If someone won the lottery, they sure aren't telling the rest of us.
There were three winning tickets for the massive $1.5 billion Powerball lottery jackpot drawn Wednesday, but as of Thursday morning the names of the lucky winners are not public knowledge. One ticket was purchased in a California 7-11 located in suburban Chino Hills, and local residents flocked to the store to celebrate with the clerk, because apparently that's what you do. Two more winners were sold in Florida and Tennessee.
The winning numbers were 8, 27, 34, 4, 19 and Powerball 10.
Reuters reports that the lucky winners will have to split the gargantuan payoff three ways, with each winning ticket worth $528.8 million, according to the California Lottery. Owners of the stores where tickets were sold will also receive a million dollars.
While Americans wait to learn who came out on top in this year's record Powerball, rumors and hoaxes are beginning to crop up online. Pro skateboard Erik Bragg posted an Instagram photo claiming he was a winner, but the ticket he brandished oddly lacked in numbers on lines B, C, D, and E.
If Bragg really just picked one line of numbers and the exact numbers at that, he should quit skateboarding and become a prophet. His hoax (or joke? who can tell these days) still received plenty of attention online, which was probably payoff enough.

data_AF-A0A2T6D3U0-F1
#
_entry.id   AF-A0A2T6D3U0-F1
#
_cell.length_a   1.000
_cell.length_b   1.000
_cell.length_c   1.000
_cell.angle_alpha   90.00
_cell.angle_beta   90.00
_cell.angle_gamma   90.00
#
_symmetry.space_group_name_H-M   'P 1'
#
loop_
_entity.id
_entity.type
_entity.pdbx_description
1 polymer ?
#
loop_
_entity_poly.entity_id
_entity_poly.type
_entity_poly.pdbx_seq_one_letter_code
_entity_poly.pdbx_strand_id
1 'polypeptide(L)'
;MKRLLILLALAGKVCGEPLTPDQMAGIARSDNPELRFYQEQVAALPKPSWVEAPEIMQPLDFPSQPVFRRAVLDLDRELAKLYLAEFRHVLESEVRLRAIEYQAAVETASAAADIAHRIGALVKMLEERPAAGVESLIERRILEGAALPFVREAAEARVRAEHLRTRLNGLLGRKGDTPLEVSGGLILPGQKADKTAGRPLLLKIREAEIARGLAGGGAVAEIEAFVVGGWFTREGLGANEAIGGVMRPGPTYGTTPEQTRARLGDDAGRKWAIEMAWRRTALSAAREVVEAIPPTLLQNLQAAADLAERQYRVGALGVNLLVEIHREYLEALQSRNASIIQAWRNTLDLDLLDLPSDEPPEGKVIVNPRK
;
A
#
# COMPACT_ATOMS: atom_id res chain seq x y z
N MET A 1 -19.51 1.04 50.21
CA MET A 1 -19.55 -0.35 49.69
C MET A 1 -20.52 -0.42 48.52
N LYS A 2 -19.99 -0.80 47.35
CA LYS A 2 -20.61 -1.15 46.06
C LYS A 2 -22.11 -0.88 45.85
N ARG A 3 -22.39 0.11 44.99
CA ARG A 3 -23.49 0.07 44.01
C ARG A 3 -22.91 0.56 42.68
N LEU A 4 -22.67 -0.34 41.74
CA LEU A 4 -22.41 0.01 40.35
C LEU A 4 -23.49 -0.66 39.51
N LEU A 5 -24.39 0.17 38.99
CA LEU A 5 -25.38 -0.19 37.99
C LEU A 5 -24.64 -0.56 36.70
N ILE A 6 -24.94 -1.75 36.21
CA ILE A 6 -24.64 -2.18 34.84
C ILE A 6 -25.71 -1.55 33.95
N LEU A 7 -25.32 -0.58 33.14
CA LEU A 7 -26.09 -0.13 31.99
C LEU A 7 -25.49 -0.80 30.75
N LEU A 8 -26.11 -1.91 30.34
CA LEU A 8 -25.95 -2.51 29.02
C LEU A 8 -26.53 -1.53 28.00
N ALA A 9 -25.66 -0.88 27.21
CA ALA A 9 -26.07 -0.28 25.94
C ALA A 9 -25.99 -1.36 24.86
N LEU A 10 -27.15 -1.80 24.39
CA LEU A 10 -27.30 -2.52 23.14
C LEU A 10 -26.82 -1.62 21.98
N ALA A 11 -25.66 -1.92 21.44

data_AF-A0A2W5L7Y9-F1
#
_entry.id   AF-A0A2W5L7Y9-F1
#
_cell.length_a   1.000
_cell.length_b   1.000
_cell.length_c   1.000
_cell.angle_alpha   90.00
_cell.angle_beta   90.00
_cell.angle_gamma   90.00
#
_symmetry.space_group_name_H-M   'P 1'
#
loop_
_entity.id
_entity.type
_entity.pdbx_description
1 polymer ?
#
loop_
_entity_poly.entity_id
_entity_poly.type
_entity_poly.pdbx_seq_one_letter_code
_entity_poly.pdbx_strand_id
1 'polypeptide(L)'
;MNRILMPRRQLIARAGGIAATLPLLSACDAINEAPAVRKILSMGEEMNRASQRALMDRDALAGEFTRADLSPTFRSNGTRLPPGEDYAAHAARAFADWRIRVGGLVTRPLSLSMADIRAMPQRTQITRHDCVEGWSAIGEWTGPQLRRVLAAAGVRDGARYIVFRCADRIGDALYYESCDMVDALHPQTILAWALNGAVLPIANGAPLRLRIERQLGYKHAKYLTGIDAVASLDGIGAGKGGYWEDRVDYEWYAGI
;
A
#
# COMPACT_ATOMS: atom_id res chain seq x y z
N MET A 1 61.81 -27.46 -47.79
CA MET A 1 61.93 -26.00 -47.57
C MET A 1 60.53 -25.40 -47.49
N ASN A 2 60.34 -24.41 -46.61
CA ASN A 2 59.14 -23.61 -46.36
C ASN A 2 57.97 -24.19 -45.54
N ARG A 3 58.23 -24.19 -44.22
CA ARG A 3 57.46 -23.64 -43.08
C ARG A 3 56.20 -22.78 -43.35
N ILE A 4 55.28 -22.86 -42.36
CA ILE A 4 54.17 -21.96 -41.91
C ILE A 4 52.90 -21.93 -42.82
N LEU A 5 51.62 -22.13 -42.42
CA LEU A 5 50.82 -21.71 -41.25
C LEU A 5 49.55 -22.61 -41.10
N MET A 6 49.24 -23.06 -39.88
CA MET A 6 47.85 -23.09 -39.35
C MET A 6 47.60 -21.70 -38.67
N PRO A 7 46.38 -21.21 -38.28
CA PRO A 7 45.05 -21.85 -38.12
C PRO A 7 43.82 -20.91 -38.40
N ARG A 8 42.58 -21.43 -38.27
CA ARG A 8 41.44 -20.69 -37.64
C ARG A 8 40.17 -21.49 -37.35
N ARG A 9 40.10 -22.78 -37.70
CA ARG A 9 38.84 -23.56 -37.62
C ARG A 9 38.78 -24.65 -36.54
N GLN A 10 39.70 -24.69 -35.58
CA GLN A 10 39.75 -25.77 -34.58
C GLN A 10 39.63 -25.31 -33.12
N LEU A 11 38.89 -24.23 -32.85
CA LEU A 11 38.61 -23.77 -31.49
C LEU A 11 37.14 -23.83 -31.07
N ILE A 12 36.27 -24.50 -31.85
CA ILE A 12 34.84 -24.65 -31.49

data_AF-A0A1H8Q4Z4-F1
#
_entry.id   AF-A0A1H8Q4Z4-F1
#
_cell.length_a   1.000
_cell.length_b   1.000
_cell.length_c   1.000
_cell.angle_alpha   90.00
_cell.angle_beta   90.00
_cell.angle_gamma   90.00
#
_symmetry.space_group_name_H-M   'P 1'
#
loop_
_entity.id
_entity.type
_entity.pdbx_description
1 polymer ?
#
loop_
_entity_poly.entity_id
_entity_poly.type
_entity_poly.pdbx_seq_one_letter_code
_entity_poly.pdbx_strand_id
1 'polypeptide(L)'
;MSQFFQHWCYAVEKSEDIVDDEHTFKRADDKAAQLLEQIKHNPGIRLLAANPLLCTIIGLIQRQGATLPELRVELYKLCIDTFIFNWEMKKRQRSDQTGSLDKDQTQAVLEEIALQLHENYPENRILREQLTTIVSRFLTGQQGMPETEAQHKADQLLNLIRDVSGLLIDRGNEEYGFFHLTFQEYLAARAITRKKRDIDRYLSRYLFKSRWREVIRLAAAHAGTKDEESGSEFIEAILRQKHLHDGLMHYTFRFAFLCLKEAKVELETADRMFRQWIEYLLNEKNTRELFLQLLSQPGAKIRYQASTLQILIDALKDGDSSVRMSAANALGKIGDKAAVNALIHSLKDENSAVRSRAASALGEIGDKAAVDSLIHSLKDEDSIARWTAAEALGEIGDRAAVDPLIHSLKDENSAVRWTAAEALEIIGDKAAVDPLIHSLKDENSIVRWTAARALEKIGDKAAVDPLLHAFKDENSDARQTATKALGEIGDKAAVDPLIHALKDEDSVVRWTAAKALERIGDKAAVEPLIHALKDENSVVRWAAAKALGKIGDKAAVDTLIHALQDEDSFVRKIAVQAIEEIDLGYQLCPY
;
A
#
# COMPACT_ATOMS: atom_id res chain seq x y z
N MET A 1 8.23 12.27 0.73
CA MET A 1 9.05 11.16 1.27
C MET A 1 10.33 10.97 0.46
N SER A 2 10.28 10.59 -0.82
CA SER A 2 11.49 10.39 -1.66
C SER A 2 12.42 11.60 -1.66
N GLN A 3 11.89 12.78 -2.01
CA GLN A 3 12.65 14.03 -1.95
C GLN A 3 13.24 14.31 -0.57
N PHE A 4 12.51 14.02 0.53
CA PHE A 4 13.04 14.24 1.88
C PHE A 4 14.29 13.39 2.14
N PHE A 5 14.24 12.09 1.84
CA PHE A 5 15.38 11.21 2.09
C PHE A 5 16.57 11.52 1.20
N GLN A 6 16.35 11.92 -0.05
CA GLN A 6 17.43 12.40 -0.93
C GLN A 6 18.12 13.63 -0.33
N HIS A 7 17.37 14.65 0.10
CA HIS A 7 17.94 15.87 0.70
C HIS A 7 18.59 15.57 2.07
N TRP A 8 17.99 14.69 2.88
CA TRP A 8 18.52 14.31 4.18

The real winners may not be too enthused about going public, given that the size of their winnings will likely attract immediate and unwanted attention from others who want a slice of the pie. Unfortunately, the only states that allow lottery winners to remain anonymous are Delaware, Kansas, Maryland, North Dakota, Ohio, and South Carolina, so we'll likely learn their names soon enough.
Hopefully the winners in Tennessee, California and Florida are spending their time before claiming winnings locking down an "undisclosed location" where they can safely retreat once they have their money. But what will they do? We suspect they'll take some time to process their good fortune, fill up an empty pool with cash, and roll around in their green for a while before becoming philanthropists and investors. We know that's what we'd do.